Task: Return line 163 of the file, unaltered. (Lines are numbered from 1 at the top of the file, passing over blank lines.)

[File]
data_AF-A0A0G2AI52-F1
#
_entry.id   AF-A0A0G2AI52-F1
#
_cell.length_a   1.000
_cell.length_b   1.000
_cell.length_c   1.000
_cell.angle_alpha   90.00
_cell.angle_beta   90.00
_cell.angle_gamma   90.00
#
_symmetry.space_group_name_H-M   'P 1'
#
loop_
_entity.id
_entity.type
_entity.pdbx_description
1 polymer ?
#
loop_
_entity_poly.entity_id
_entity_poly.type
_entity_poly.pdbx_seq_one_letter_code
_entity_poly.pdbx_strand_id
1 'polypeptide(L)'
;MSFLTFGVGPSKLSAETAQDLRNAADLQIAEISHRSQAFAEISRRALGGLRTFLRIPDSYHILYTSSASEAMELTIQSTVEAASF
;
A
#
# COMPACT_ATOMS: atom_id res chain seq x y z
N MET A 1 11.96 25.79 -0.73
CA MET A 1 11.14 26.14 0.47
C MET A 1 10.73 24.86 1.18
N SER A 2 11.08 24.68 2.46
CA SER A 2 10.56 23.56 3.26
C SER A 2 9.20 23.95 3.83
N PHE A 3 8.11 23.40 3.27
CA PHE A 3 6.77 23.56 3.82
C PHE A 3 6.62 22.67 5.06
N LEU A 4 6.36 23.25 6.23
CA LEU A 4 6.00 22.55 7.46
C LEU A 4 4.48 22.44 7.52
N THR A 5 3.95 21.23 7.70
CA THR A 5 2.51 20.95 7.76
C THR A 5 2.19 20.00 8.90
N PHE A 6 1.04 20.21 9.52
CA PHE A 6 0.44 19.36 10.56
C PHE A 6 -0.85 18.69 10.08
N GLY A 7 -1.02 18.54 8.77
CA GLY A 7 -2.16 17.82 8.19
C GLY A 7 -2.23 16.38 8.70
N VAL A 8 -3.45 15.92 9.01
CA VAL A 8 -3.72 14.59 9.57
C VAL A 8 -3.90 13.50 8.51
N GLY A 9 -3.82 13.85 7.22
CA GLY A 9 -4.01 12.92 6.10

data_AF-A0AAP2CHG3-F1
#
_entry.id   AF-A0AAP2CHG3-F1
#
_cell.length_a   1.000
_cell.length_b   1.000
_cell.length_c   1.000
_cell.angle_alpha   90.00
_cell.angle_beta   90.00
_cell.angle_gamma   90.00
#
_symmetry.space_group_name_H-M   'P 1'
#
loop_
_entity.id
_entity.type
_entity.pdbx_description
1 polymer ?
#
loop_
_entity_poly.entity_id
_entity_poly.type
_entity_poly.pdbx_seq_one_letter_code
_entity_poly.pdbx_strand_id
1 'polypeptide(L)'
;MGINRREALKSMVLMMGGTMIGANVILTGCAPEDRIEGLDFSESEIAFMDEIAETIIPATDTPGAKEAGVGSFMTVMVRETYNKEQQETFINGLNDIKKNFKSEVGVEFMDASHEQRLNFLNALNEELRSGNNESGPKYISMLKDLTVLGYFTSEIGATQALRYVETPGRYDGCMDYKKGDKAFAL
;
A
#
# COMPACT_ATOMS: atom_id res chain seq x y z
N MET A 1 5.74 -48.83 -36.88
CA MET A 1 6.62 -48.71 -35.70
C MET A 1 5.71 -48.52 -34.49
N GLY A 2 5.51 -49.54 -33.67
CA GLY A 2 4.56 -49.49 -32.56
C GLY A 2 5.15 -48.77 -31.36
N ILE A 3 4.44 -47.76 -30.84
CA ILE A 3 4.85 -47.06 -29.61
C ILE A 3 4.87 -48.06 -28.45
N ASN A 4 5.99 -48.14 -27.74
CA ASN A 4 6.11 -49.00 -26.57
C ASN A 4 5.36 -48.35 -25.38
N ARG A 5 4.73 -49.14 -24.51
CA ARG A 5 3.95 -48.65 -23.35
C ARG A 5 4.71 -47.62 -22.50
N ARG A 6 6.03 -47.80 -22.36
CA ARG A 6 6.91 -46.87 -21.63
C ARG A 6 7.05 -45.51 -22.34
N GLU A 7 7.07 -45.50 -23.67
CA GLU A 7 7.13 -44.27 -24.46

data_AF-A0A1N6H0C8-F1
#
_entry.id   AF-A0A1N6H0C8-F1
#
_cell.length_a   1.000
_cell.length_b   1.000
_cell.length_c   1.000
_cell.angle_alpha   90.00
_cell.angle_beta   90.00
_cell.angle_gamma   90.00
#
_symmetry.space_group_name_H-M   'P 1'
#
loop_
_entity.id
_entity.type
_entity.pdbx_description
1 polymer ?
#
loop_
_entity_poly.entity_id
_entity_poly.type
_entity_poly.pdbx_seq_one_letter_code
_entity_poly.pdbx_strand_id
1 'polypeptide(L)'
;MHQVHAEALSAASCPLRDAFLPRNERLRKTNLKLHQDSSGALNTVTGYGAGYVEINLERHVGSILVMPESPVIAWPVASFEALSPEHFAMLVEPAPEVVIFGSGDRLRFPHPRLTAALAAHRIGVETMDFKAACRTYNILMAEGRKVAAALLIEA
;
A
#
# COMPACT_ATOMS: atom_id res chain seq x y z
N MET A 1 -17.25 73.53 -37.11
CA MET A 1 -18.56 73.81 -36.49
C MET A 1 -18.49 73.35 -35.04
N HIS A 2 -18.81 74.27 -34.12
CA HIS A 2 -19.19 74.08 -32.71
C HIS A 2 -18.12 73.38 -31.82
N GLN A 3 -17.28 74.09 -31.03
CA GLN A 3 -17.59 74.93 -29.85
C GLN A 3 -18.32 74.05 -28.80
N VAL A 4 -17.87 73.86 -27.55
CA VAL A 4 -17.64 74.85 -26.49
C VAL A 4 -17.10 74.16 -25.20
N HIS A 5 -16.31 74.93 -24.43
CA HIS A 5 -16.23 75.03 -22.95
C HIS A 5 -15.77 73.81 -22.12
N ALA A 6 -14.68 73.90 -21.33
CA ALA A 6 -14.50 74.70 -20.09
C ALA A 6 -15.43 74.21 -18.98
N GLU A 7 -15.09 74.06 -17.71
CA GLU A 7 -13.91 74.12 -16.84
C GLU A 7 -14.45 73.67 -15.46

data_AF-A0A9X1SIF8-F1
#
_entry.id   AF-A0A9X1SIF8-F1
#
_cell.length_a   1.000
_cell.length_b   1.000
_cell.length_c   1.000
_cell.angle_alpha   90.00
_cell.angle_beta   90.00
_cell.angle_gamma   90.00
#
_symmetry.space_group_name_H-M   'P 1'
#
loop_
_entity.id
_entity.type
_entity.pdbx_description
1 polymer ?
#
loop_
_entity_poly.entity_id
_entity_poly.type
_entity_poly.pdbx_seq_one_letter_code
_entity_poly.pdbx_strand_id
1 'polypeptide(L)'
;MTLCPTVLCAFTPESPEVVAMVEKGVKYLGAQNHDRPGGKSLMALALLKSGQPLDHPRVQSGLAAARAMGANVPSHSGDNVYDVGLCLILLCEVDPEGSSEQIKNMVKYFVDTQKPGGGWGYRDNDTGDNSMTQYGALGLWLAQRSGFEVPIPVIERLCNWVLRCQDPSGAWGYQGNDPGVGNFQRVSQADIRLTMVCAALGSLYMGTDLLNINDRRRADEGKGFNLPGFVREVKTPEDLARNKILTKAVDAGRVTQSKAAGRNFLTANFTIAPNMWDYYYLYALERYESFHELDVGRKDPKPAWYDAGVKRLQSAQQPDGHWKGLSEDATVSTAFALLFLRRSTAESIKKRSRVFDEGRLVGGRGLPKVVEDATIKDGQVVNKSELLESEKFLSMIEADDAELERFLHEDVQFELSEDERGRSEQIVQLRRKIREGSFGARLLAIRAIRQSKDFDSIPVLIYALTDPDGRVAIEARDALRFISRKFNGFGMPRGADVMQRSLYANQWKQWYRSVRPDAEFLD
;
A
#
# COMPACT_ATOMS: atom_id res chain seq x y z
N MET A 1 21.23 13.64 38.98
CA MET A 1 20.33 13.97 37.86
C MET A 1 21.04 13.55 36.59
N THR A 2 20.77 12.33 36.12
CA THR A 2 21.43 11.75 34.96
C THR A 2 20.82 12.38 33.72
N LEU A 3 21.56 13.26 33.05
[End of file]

_cell.length_b   1.000